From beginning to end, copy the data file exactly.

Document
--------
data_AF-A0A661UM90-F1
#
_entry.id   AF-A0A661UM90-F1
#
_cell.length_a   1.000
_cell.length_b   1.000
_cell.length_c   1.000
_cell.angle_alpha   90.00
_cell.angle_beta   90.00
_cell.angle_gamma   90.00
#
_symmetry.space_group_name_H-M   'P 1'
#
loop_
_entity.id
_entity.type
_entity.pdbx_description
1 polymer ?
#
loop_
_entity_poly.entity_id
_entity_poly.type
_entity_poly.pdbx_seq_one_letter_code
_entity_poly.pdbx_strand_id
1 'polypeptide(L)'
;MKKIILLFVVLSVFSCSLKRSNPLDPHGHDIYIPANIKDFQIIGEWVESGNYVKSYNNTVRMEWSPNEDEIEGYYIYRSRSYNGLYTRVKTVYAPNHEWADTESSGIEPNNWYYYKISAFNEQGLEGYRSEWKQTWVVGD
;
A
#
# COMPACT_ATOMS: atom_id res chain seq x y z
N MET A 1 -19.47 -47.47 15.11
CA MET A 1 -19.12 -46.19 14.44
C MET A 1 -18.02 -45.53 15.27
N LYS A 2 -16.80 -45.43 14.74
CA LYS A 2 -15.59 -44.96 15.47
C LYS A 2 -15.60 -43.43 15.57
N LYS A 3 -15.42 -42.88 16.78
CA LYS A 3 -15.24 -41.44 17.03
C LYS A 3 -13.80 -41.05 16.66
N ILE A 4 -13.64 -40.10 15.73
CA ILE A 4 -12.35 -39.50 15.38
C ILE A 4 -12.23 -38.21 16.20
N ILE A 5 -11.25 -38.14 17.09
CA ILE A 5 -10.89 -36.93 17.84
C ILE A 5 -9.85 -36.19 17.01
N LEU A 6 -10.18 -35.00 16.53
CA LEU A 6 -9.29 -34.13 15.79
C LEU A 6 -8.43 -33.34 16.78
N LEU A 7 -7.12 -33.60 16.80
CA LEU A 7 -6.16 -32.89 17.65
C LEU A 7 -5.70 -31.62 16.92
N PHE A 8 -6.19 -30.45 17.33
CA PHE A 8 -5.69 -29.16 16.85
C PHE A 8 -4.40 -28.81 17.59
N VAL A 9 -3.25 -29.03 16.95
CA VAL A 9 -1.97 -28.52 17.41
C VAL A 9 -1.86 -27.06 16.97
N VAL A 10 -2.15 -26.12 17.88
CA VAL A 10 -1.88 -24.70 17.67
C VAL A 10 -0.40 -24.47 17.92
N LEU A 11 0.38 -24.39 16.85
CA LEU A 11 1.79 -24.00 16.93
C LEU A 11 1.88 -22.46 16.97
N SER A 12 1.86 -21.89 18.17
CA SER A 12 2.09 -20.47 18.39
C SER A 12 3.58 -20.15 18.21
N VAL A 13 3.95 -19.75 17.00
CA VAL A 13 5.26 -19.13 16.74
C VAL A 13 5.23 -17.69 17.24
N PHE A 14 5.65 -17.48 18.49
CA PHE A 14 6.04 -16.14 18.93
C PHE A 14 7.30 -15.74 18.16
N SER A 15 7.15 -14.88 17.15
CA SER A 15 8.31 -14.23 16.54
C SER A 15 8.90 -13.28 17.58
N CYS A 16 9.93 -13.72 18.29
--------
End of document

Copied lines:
data_AF-A0A661UM90-F1
#
_entry.id   AF-A0A661UM90-F1
#
_cell.length_a   1.000
_cell.length_b   1.000
_cell.length_c   1.000
_cell.angle_alpha   90.00
_cell.angle_beta   90.00
_cell.angle_gamma   90.00
#
_symmetry.space_group_name_H-M   'P 1'
#
loop_
_entity.id
_entity.type
_entity.pdbx_description
1 polymer ?
#
loop_
_entity_poly.entity_id
_entity_poly.type
_entity_poly.pdbx_seq_one_letter_code
_entity_poly.pdbx_strand_id
1 'polypeptide(L)'
;MKKIILLFVVLSVFSCSLKRSNPLDPHGHDIYIPANIKDFQIIGEWVESGNYVKSYNNTVRMEWSPNEDEIEGYYIYRSRSYNGLYTRVKTVYAPNHEWADTESSGIEPNNWYYYKISAFNEQGLEGYRSEWKQTWVVGD
;
A
#
# COMPACT_ATOMS: atom_id res chain seq x y z
N MET A 1 -19.47 -47.47 15.11
CA MET A 1 -19.12 -46.19 14.44
C MET A 1 -18.02 -45.53 15.27
N LYS A 2 -16.80 -45.43 14.74
CA LYS A 2 -15.59 -44.96 15.47
C LYS A 2 -15.60 -43.43 15.57
N LYS A 3 -15.42 -42.88 16.78
CA LYS A 3 -15.24 -41.44 17.03
C LYS A 3 -13.80 -41.05 16.66
N ILE A 4 -13.64 -40.10 15.73
CA ILE A 4 -12.35 -39.50 15.38
C ILE A 4 -12.23 -38.21 16.20
N ILE A 5 -11.25 -38.14 17.09
CA ILE A 5 -10.89 -36.93 17.84
C ILE A 5 -9.85 -36.19 17.01
N LEU A 6 -10.18 -35.00 16.53
CA LEU A 6 -9.29 -34.13 15.79
C LEU A 6 -8.43 -33.34 16.78
N LEU A 7 -7.12 -33.60 16.80
CA LEU A 7 -6.16 -32.89 17.65
C LEU A 7 -5.70 -31.62 16.92
N PHE A 8 -6.19 -30.45 17.33
CA PHE A 8 -5.69 -29.16 16.85
C PHE A 8 -4.40 -28.81 17.59
N VAL A 9 -3.25 -29.03 16.95
CA VAL A 9 -1.97 -28.52 17.41
C VAL A 9 -1.86 -27.06 16.97
N VAL A 10 -2.15 -26.12 17.88
CA VAL A 10 -1.88 -24.70 17.67
C VAL A 10 -0.40 -24.47 17.92
N LEU A 11 0.38 -24.39 16.85
CA LEU A 11 1.79 -24.00 16.93
C LEU A 11 1.88 -22.46 16.97
N SER A 12 1.86 -21.89 18.17
CA SER A 12 2.09 -20.47 18.39
C SER A 12 3.58 -20.15 18.21
N VAL A 13 3.95 -19.75 17.00
CA VAL A 13 5.26 -19.13 16.74
C VAL A 13 5.23 -17.69 17.24
N PHE A 14 5.65 -17.48 18.49
CA PHE A 14 6.04 -16.14 18.93
C PHE A 14 7.30 -15.74 18.16
N SER A 15 7.15 -14.88 17.15
CA SER A 15 8.31 -14.23 16.54
C SER A 15 8.90 -13.28 17.58
N CYS A 16 9.93 -13.72 18.29